Another aspect of this behavior is when you have a person who is desperate. I tend to stay away from those who are desperate. There is a difference between those who are “driven” than those who are desperate to get something. Its your main goal when casting to know the difference between the two.
If you have an actor that tends to dictate to you their schedule, or demands unrealistic things that are outside the scope of the level of production you are trying to make, then cut your losses before you get in too deep. You may want to offer them a gentle reminder – It’s never too late to recast!
Disclaimer here: The Eric Stoltz situation (from all reports) seems to suggest that the actor was not cut from the film because of the items I listed above. It seemed to be an executive and creative decision. I used it as an example to show how even the most certain casting decisions can be reversed.
Workshops, meetings and table reads.
Table reads, meet ups, and workshops with your actors are vitally important to the creative process. However, they also serve a bigger purpose. They exist to help you see who is reliable. If you have an actor that is not showing up on time for a meeting, or missing them all together, then chances are they will be huge liability once you start shooting.
Meetings and get-togethers also helps you filter out who is going to be a team player, and compliment their fellow cast members. Since these exercises are typically early on in pre-production, it allows you to see how the cast works together as a whole. It would be a good idea to make a second evaluation of your cast after you’ve had a few of these workshops and meet ups. You may need to recast, but again, be sure that the people that you’re hiring add to the easy and creative mastery to your project.
Look for real people. Not actors.
There is nothing worse in low-budget film (and yes, I’ve been guilty of this too) than when we see people who are overreacting. This tends to happen when working with actors with little experience and technique. But unfortunately, when working with first-timers this is a hurtle to climb. In some cases, you will need to re-train, and reprogram the actor to relax and evaluate the subtext within a scene. An actor’s job is to locate a scene’s emotional meaning. Many first time actors tend to characterize their performance based on what they’ve seen other actors do. This makes performances “actorish”. Overacting, or telegraphing a performance is death to any character that requires a level of authenticity and realism. Trust me… I know first hand what its like to read bad reviews on your work. Its not fun, so try harder.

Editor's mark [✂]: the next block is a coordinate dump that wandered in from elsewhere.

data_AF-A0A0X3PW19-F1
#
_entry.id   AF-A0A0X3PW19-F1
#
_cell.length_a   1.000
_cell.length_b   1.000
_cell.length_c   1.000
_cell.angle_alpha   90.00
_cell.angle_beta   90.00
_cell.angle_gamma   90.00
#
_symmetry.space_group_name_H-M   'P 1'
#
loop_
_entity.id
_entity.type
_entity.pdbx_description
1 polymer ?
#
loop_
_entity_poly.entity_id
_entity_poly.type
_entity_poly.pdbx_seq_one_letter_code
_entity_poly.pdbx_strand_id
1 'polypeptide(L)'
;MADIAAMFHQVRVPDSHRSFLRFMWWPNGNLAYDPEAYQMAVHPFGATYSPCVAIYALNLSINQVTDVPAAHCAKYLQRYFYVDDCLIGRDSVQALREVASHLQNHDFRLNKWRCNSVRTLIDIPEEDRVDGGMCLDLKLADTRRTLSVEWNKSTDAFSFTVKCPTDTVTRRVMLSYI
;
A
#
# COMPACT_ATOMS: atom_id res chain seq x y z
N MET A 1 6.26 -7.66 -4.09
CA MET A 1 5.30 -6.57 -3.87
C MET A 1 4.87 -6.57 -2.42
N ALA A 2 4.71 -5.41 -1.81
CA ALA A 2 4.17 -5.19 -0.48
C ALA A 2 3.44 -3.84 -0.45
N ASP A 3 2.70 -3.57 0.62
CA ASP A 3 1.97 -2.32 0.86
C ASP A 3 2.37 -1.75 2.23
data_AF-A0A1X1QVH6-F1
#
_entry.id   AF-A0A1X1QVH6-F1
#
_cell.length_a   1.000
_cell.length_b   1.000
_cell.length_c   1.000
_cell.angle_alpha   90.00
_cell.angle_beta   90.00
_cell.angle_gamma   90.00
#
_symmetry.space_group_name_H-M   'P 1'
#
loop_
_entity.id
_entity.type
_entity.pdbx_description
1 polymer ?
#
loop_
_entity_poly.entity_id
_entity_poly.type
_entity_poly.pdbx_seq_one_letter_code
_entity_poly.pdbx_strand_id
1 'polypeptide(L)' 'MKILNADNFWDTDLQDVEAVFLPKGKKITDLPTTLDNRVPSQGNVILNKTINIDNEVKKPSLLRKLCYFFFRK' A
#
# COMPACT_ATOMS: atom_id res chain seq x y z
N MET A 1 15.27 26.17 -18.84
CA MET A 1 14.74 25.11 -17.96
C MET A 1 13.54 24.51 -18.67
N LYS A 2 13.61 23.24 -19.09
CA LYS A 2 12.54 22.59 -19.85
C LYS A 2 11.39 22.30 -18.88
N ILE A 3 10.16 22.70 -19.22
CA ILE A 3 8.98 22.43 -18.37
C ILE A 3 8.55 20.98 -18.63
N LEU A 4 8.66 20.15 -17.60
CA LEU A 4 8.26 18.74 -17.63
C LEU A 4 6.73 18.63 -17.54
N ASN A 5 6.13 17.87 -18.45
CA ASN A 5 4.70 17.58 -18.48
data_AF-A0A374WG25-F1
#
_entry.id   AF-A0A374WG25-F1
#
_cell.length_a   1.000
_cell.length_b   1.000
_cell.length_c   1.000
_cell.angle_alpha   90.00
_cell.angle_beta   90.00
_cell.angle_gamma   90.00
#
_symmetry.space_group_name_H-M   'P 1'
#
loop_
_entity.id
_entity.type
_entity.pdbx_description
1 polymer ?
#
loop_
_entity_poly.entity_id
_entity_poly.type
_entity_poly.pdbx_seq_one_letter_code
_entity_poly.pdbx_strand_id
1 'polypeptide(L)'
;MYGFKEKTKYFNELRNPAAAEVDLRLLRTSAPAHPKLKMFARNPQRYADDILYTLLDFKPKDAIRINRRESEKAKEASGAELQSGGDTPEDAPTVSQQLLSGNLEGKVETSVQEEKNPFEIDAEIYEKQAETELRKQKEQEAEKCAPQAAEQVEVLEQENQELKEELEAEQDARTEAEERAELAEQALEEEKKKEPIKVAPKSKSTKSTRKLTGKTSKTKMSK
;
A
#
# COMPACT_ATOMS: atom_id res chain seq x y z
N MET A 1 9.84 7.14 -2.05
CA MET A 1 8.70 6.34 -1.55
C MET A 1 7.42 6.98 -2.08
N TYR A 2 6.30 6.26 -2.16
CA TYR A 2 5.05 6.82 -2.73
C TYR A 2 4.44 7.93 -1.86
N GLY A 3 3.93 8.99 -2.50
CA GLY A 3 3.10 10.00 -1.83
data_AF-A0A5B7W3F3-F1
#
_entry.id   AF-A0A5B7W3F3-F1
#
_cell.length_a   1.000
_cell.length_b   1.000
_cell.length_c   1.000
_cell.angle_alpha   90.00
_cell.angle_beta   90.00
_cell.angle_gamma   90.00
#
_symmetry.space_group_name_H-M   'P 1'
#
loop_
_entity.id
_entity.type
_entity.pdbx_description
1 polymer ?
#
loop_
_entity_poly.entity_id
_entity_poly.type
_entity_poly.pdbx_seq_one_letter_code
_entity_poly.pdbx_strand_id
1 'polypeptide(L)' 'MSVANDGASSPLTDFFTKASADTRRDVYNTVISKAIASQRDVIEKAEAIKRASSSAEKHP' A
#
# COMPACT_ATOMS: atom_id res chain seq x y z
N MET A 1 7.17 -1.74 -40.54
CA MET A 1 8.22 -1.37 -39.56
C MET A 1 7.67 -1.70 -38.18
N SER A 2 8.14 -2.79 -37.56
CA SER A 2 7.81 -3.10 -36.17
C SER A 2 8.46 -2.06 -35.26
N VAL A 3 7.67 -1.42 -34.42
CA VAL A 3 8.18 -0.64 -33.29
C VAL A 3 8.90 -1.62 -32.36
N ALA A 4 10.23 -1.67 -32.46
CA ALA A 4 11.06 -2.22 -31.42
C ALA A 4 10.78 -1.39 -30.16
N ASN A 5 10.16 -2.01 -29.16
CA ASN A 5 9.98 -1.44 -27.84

Pay your actors something.
Even if you are not working with SAG, or a big budget, you should still pay your talent something for their time, even if its little more than gas money. Work on your budget, and see how much you can afford to spend on them upfront. This will also help you discover what type of movie you are making. Plus, whatever is discounted and deferred on an actor’s rate, be sure that they get “first position” on your film’s RIO. I have even included a bonus for waiting for the differed payment. Its a simpler way to say back-end deal.
Be time conscious and professional.
Remember, that a person’s time, is the most valuable thing they can give to anybody. Be sure to be professional, and appreciate and actor’s time throughout the entire process. Know what you want way before you get the set. Be sure to have someone schedule your actors accordingly. Don’t have an actor show up to set at 7 AM in the morning, when they are not shooting until 3PM in the afternoon. Being conscious of people’s time will allow you to build trust with your cast and crew. It shows people that you are considerate about their feelings and lives. Giving an actor cooperation respect can go a long way.
Never use your house to cast a movie!
The most important rule in casting a movie is – never hold auditions at your house! This is not only dangerous for you and the actor, but creates an environment of amateurism. There are plenty of options to hold castings sessions in public spaces. Of course, (wink wink) you can always rent the Indie Film Factory for a very low price. However, if not at our studio, there are libraries, community centers and even private office buildings you can rent for a day or short period of time to hold casting. Don’t be creepy.
Always be upfront.
When making your casting announcements, be sure to be upfront with your recruitment. i.e.: let people know if its paid, or non-paid, kissing, nudity, action, or whatever. The more information you can provide to a potential candidate, the more confident and professional you look. Vagueness is for amateurs and you can waste allot of time on reading people who won’t agree on the disclosed details later on.
NOW, I know what you’re thinking. I know its the instinct of most filmmakers to be “secretive” so they don’t give away their brilliant ideas. But you can rest easy knowing that nobody really cares in the first place, and if they did, good luck in trying to steal something. There’s really nothing left to steal in this industry, just our egos.
So regardless of what level of production you are setting off to conquer, be sure to consider these basic thoughts. It has helped me improve my operations, and has reduced production stress in my life.
I hope you enjoyed this post. Best of luck. Happy Hunting!
Kelly Schwarze is an Emmy © Nominated filmmaker who has written directed and produced 6 feature films, dozens of music vides and commercials, and has owned successful media companies in Las Vegas.
Kelly also does one-on-one consulting for filmmakers. Click here for more details.